Written by Howard Chaykin along with David Tischman, the art was sketched and thumbnailed by Chaykin, then fleshed out and inked by quite a team that included Marc Laming, Warren Pleece, Dick Giordano and Job Stokes. The covers for these five issues of the American Century series were done by John Van Fleet. In the Hollywood Babylon storyline, Chaykin and Tischman’s cynical Korean War era adventurer Harry Kraft lands in Hollywood, wearing a Quality Studios night watchman uniform and shacking up with an L.A. widow and her kid. The writers somehow manage to squeeze in a load of early 1950’s Tinseltown lore under various guises and fake names, including a troubled Martin & Lewis style comedy duo, a Rita Hayworth clone, a vintage television superhero, crooked HUAC politicos, mobsters and more…and all in less than a hundred pages. The trade pb concludes with Harry bidding the glittery So-Cal set goodbye and motorcycling Route 66 into a standalone rural roadside diner story, where “a femme fatale offers him a piece of her pie, if he’ll kill her husband”.
You just gotta love it.
The American Century series traveled from Central America to Paris, Manhattan to the backwoods bootlegger southern states. It’s an adventurer’s tale, but less Steve Canyon and more Wally Wood’s Cannon…but with a brain. Chaykin and Tischman’s Harry Kraft is a fascinating, bitterly bad-assed rogue “with a gun in one hand and a garter belt in the other”. Someday, I really mean to stack the whole damn collection in a big pile on the writing lair’s endtable, then hunker down to read the entire thing in sequence from start to finish, uninterrupted.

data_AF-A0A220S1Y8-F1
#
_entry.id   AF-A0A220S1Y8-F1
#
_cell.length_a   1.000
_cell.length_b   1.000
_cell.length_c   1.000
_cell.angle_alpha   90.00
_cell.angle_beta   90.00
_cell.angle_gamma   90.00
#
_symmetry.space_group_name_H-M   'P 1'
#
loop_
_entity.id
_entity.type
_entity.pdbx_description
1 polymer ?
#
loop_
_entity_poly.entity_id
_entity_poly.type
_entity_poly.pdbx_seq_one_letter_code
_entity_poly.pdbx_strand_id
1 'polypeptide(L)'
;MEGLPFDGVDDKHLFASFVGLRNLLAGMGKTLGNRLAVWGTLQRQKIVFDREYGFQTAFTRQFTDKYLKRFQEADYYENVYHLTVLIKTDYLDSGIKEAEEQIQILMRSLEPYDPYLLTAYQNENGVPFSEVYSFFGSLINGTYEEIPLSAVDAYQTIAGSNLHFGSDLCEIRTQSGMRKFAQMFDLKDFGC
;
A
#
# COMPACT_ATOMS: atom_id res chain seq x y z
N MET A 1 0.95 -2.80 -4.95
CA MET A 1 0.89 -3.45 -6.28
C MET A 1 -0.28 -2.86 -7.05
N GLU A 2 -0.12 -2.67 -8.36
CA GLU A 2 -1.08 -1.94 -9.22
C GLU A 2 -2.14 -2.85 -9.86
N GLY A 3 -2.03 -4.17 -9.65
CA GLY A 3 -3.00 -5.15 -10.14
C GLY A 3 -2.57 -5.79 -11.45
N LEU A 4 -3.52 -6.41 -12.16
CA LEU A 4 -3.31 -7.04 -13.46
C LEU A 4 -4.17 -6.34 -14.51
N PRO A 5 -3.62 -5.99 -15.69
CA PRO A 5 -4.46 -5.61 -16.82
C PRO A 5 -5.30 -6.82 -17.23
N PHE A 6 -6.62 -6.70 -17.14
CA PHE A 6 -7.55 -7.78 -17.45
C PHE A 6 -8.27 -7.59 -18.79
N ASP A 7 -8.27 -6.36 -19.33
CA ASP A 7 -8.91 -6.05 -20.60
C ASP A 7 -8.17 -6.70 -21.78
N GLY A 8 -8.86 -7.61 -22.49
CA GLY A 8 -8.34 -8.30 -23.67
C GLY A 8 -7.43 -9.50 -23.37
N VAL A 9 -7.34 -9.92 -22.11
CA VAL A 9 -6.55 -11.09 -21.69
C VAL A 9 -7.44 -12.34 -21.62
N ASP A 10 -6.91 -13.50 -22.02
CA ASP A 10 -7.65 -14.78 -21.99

The whole time I whined about the forlorn looking empty spot on my writing lair’s to-be-read endtable, I completely forgot that three Bold Adventure Press Larry Kent POD trade paperbacks had arrived right before the shutdown and shelter-at-home directives. I’d tucked them away on a bookshelf, and there they were even while I was getting the shakes with nothing new to read. Found them last night while re-shelving books (the to-be-read heap piled high now, with still more to come or be picked up, thank goodness). Each of these three books contains two Larry Kent adventures, this one with Crimson Lady and Sidewalk Empire.
Kent, of course, started out as a half-hour radio show on the Macquarie Network, inspired in part by Carter Brown’s successful books, which in turn spawned an incredibly successful book series for Cleveland Publishing, most Larry Kent novels penned by Don Haring (a Yank living down-under) and Australian native Des R. Dunn, ultimately comprising over 400 titles between 1954 and 1983. While the radio show was set in Australia, the Larry Kent novels are mostly set in the U.S. (or various international locales).
I think there are seven of these Larry Kent double-books so far. I got three, and will find some time to say more once I’ve read them. I’m not expecting War And Peace. Hell, I’m not even expecting Frank Kane or Brett Halliday. If they’re a notch above a Carter Brown book, I’ll be content. And there appears to be some other interesting offerings from Bold Venture Press I’ll need to checkout…
“Stag Fiction” by Jack Q. Lynn in a 1956 issue of Stag magazine – This Is Santa Claus: “…The city was in Christmas wrapping, budding with bubbling brats, struggling parents, bells, hymns and good will. Only I wasn’t having any…I was going to collect plenty of Christmas loot, thanks to a ripe sucker, a tape recorder and two lush dames.”
Ho-ho-ho to you too. I’m no fan of the so-called ‘mens sweats’, but who can overlook a Robert Maguire illustration not often seen, the master artist known for so many and memorable paperback original covers, but clearly just as adept with a one-color palette and a horizontal canvas.